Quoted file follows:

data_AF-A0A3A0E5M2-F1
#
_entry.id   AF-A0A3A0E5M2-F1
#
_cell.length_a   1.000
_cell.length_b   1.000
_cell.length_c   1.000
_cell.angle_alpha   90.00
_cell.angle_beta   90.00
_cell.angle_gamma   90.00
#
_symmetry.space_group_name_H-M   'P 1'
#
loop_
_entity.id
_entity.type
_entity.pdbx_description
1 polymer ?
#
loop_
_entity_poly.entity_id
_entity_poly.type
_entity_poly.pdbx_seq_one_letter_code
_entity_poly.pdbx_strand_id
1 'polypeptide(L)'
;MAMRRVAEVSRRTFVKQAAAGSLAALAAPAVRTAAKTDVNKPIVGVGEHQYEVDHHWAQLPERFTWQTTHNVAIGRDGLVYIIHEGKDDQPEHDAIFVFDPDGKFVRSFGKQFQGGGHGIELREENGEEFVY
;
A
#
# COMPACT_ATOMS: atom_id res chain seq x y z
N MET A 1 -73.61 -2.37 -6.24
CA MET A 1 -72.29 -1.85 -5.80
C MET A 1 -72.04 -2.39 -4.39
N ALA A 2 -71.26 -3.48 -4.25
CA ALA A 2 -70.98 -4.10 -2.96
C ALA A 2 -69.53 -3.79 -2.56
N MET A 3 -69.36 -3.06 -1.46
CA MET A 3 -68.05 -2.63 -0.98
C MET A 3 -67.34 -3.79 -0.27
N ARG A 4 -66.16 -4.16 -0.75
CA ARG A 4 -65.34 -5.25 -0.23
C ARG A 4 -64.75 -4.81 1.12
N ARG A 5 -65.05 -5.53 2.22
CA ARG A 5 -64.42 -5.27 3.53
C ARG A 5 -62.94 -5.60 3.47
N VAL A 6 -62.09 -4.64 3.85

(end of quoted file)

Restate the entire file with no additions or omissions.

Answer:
data_AF-A0A3A0E5M2-F1
#
_entry.id   AF-A0A3A0E5M2-F1
#
_cell.length_a   1.000
_cell.length_b   1.000
_cell.length_c   1.000
_cell.angle_alpha   90.00
_cell.angle_beta   90.00
_cell.angle_gamma   90.00
#
_symmetry.space_group_name_H-M   'P 1'
#
loop_
_entity.id
_entity.type
_entity.pdbx_description
1 polymer ?
#
loop_
_entity_poly.entity_id
_entity_poly.type
_entity_poly.pdbx_seq_one_letter_code
_entity_poly.pdbx_strand_id
1 'polypeptide(L)'
;MAMRRVAEVSRRTFVKQAAAGSLAALAAPAVRTAAKTDVNKPIVGVGEHQYEVDHHWAQLPERFTWQTTHNVAIGRDGLVYIIHEGKDDQPEHDAIFVFDPDGKFVRSFGKQFQGGGHGIELREENGEEFVY
;
A
#
# COMPACT_ATOMS: atom_id res chain seq x y z
N MET A 1 -73.61 -2.37 -6.24
CA MET A 1 -72.29 -1.85 -5.80
C MET A 1 -72.04 -2.39 -4.39
N ALA A 2 -71.26 -3.48 -4.25
CA ALA A 2 -70.98 -4.10 -2.96
C ALA A 2 -69.53 -3.79 -2.56
N MET A 3 -69.36 -3.06 -1.46
CA MET A 3 -68.05 -2.63 -0.98
C MET A 3 -67.34 -3.79 -0.27
N ARG A 4 -66.16 -4.16 -0.75
CA ARG A 4 -65.34 -5.25 -0.23
C ARG A 4 -64.75 -4.81 1.12
N ARG A 5 -65.05 -5.53 2.22
CA ARG A 5 -64.42 -5.27 3.53
C ARG A 5 -62.94 -5.60 3.47
N VAL A 6 -62.09 -4.64 3.85